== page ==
The United States Trade Representative (USTR) on 12th April released its 2016 version of the annual Special 301 Report on IP protection and enforcement. I understand that many of our readers may already be aware of this development. Therefore, albeit a bit belated, I have tried to analyze this Review and its impact that on India. Unsurprisingly, India has been featured in the Priority Watch List. India has had the honor of being featured on this list since 1974. In fact, in 2014 India even came close to being named a Priority Foreign Country; USTR’s high-handed label for countries least compliant with American IP policy. Anubha Sinha has covered this close encounter on SpicyIP here.
In the present post, I have focused only on the patent-specific issues of the review (Long post ahead!). Throughout my post, I will be referring to testimonies given at the Special 301 Review Public Hearing (the Hearing) where various stakeholders presented their opinions on the review. This mechanism was introduced by the Obama Administration in 2010 in order to ensure a fair and transparent evaluation in the Report. Prakruthi Gowda has covered this ‘Obama-ization’ of the Review on SpicyIP here.
The only government representations came from Bulgaria, Ukraine, Egypt and the Czech Republic. Fortunately, no other country seems to be affected by a unilateral and coercive diplomatic measure adopted by the US. Corporate greed was represented by the likes of PhRMA, Business Software Alliance (BSA), Intellectual Property Owners Association (IPO). Alliance for Fair Trade with India (AFTI) and US-India Business Council (USIBC) formed the two India-specific organizations; which harped on India’s IP inadequacies. Fret not, a few pro-public interest organizations like Knowledge Ecology International (KEI), Public Citizen’s Global Access to Medicines Program (Public Citizen) and Union for Affordable Cancer Treatment (UACT) were also present.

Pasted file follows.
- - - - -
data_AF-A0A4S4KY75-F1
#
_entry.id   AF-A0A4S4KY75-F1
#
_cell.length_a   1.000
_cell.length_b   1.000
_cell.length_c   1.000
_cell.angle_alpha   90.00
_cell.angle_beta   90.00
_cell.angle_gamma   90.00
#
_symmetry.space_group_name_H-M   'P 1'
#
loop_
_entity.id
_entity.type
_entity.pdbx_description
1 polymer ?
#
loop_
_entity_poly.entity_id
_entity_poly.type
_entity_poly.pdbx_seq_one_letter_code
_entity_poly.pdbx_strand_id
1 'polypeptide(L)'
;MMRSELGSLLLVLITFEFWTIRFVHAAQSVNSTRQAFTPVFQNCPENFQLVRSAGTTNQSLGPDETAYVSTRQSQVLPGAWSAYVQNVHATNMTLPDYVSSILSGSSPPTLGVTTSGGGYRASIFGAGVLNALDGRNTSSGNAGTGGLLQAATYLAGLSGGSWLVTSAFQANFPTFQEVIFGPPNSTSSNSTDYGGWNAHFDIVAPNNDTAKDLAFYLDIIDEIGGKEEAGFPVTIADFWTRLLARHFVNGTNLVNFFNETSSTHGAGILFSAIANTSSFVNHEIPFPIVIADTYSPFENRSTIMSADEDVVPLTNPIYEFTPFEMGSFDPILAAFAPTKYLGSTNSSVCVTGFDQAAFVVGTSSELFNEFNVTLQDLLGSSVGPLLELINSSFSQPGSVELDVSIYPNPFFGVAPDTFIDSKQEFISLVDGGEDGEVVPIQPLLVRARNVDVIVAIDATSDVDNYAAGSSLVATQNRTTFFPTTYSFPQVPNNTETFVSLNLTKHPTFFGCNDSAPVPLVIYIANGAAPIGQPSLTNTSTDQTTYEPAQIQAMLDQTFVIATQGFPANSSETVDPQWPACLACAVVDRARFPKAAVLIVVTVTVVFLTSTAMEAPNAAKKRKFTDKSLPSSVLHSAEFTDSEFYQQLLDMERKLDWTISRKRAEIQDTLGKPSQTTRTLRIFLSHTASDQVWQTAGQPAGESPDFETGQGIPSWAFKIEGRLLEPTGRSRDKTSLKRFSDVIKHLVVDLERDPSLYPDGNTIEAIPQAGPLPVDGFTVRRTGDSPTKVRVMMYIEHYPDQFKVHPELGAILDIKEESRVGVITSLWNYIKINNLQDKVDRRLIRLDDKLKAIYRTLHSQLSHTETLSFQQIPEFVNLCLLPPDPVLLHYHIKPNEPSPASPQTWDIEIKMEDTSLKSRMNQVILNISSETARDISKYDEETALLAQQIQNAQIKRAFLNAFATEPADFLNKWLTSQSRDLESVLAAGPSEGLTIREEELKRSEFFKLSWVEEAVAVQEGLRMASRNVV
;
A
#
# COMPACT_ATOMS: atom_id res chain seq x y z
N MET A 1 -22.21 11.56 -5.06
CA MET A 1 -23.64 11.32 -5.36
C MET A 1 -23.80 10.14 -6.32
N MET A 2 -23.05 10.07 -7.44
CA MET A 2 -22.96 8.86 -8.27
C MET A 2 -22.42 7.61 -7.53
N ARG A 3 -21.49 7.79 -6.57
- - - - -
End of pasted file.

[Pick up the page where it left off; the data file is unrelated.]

The US is authorized to prepare this Report under Section 301 of the US Trade Act, 1974. Under this statutory mandate, the USTR scrutinizes IPR protection and enforcement practices of its trading partners to ensure their alignment with US law and policy. Where the USTR determines that certain acts of a trading partner are below par, it is authorized to take retaliatory measures against such foreign countries. However, as Jayant Kumar has noted here on SpicyIP, the USTR generally foregoes retaliation and instead negotiates with ‘defaulters’ to enter into free trade agreements. This is an inappropriate tactic employed by the US to circumvent WTO procedures which specifically provide for dispute resolution in such circumstances.